Ginseng is one of the world’s most popular herbal remedies. Both American ginseng (Panax quinquefolius) and Asian ginseng (P. ginseng) have been used for everything from aphrodisiacs and stimulants to muscle relaxants and diabetes treatments; thier use throughout history is renowned.
If you use ginseng and you live along much of the East Coast, anywhere bordering the Mississippi River, or in the Pacific Northwest, you’re in luck. You don’t have to drive to the nearest herbal store or shop online to buy this wonder herb. You can grow it in your perennial garden or, if you’re really lucky and have a woodland-type environment or one that is mostly shade, you can grow it just like it grows in nature – especially if your wooded area is on a sloping terrain.
Ginseng is particular about its soil requirements, and it’s a good idea to have your soil tested, advises Jenny Cruse Sanders, vice president for science and conservation at the Atlanta Botanical Garden. “The plants need a more neutral soil and will not do well in acidic soil,” she says. “A soil pH of about 5.6 to 6 should be fine. Depending on the pH of your soil, consider adjusting the pH with lime to get the right balance.”
Other than living in the right geographical area (ginseng can’t tolerate heat, so in the Deep South you would need to live in or near the Appalachian Mountains), being able to provide the correct soil pH, and having about 80 percent shade, you’ll only need to meet one other requirement to grow ginseng. Patience. And plenty of it. Ginseng can take from five to 10 years to reach a size where the prized roots can be harvested.
Here is a step-by-step process to grow ginseng using what is called the wild-simulated method. This method seeks to duplicate how ginseng grows naturally.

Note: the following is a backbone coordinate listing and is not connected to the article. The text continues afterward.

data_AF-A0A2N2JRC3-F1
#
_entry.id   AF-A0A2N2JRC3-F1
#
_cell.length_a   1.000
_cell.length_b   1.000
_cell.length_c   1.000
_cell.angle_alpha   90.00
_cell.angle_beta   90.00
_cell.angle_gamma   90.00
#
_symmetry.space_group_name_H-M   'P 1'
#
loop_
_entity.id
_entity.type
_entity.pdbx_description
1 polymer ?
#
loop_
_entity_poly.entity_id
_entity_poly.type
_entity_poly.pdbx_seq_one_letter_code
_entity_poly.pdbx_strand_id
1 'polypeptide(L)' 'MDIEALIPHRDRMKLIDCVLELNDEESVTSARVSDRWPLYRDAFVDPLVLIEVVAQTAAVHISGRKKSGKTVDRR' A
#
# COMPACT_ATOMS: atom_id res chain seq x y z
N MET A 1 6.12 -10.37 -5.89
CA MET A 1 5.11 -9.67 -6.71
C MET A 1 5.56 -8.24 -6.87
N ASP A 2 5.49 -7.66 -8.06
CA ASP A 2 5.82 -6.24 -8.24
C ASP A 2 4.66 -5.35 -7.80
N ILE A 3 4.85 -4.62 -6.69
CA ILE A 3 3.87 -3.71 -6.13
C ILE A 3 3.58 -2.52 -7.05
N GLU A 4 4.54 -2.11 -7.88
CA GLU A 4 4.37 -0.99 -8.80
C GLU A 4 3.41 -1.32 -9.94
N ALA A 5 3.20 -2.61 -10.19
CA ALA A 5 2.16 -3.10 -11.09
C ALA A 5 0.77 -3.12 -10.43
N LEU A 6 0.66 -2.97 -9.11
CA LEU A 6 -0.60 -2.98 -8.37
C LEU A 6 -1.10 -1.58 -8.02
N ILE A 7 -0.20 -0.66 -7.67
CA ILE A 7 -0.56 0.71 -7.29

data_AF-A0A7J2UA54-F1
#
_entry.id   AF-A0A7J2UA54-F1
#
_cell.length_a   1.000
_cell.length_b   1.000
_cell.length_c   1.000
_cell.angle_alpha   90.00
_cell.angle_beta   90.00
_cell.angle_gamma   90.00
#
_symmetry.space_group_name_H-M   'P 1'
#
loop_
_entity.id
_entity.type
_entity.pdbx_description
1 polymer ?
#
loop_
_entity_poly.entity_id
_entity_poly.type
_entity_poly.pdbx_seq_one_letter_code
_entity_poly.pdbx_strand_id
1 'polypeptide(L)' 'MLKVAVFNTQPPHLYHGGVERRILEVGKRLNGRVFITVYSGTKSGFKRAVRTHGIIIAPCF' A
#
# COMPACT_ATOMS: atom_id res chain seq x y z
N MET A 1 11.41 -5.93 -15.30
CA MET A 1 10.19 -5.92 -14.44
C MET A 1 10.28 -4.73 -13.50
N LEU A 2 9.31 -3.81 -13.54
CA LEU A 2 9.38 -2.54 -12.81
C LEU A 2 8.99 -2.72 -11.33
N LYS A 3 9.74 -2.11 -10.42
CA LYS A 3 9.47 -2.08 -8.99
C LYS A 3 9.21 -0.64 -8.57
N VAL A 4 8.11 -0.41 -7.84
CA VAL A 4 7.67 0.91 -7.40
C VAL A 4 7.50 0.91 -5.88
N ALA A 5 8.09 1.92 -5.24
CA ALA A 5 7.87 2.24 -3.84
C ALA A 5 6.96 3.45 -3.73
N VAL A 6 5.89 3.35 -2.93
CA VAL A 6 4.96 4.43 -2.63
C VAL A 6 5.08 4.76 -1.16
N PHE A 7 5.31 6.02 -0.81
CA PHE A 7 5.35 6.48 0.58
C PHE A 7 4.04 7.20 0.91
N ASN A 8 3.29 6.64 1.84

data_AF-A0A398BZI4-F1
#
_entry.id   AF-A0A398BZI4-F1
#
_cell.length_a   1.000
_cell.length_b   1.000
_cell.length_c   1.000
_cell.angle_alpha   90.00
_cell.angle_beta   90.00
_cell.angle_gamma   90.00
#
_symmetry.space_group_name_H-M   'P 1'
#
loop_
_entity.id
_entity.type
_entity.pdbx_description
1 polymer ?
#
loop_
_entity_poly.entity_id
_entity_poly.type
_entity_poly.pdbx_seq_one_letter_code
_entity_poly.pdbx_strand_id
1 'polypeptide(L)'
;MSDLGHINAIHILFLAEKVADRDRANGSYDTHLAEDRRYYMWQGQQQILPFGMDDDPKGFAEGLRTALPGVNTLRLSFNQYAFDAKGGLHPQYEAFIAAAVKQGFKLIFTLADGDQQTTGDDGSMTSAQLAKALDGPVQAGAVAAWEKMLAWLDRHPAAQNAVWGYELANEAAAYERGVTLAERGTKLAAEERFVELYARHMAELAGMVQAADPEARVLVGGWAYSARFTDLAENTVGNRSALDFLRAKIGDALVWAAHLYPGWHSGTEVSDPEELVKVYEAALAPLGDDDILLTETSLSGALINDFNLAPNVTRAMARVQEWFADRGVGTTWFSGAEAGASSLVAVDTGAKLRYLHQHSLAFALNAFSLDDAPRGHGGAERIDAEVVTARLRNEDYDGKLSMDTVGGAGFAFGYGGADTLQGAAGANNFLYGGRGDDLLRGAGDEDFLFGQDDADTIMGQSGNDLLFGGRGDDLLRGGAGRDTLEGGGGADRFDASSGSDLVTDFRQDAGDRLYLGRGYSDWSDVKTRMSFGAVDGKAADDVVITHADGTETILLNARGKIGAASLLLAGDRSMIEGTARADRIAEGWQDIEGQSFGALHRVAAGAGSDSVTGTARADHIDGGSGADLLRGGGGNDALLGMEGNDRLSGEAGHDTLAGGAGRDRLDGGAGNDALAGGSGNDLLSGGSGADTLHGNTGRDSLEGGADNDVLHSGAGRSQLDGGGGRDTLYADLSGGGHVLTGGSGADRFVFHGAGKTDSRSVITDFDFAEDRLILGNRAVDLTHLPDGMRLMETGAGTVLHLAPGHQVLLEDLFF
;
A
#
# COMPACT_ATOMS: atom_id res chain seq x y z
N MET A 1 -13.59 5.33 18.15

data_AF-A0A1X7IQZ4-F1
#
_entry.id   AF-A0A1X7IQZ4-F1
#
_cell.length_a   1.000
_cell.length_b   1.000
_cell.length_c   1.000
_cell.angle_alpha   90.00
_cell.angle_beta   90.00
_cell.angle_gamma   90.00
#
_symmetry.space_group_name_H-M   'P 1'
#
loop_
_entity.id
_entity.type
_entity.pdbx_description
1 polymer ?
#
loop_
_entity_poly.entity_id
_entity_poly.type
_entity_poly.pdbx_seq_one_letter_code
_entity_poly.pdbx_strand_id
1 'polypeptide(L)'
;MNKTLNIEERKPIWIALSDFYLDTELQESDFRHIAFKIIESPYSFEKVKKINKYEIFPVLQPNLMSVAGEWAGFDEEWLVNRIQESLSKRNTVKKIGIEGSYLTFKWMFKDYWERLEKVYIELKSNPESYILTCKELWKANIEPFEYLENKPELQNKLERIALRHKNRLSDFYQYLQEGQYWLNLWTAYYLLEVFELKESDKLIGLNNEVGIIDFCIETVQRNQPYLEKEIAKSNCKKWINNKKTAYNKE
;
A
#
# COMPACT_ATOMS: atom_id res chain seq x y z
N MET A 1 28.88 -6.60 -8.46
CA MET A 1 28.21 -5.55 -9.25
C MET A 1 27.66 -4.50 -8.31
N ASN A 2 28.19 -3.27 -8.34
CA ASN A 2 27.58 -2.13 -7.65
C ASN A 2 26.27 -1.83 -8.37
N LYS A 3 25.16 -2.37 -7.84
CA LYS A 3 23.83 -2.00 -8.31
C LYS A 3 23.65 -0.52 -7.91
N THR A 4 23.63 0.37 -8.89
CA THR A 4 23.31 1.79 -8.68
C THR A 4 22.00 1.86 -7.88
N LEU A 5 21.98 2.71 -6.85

Order seeds or roots
Ginseng can be grown from seed or roots. Roots, of course, will reach maturity much faster than seeds. If ordering roots, do not cut them into sections. Ginseng roots must remain whole and can be planted in spring before they begin to bud, usually March or April, or in the fall after the berries have fallen.
If you live near the Appalachians within the natural range of the species, look for locally sourced seed from a trusted source, Sanders suggests. “The ideal seed will be organically grown (whether it is certified organic or not).” It is also important if ordering seeds through the mail to always buy them from a reputable grower.
Seeds from ginseng plants do not sprout the next year. They will sprout the year after falling to the ground because it will take them a year to lose the flesh of the berries that encase them and gain enough energy to sprout. This is process is called stratification. Most ginseng seeds offered for sale are stratified. “Green” seeds that have not been stratified are available, often at half the price of stratified seeds. Many ginseng growers prefer to pay the higher price of stratified seeds rather than wait a year on green seeds to become viable.
Select a suitable site
The ideal location will be in a well-shaded wooded area of 80 to 90 percent shade where hardwoods trees – such as tulip poplar, maple, beech, hickory, walnut, and oak – are growing. The thicker the canopy the better as this will cut down on the number of understory plants that will over-shade or out-compete ginseng. If the growing area gets too much sun, the amount of light will encourage grass and weeds to grow, and these will choke out the ginseng. In a wooded natural habitat, the best place to plant ginseng will be on a north- or east-facing slope where the ground will be cooler than on south- or west-facing slopes. You’ll know you have the right spot if ginseng companion plants are growing in the area. Plants that favor the same growing conditions as ginseng include trillium (Trillium s.p.p.), blue or black cohosh (Caulophyllum thalactroides, Cimicifuga racemosa), jack-in-the-pulpit (Arisaema atrorubens), wild yam (Dioscorea villosa), goldenseal (Hydrastis canadensis) and Solomon’s seal (Polygonatum biflorum). Excellent drainage is essential; avoid areas heavy in clay.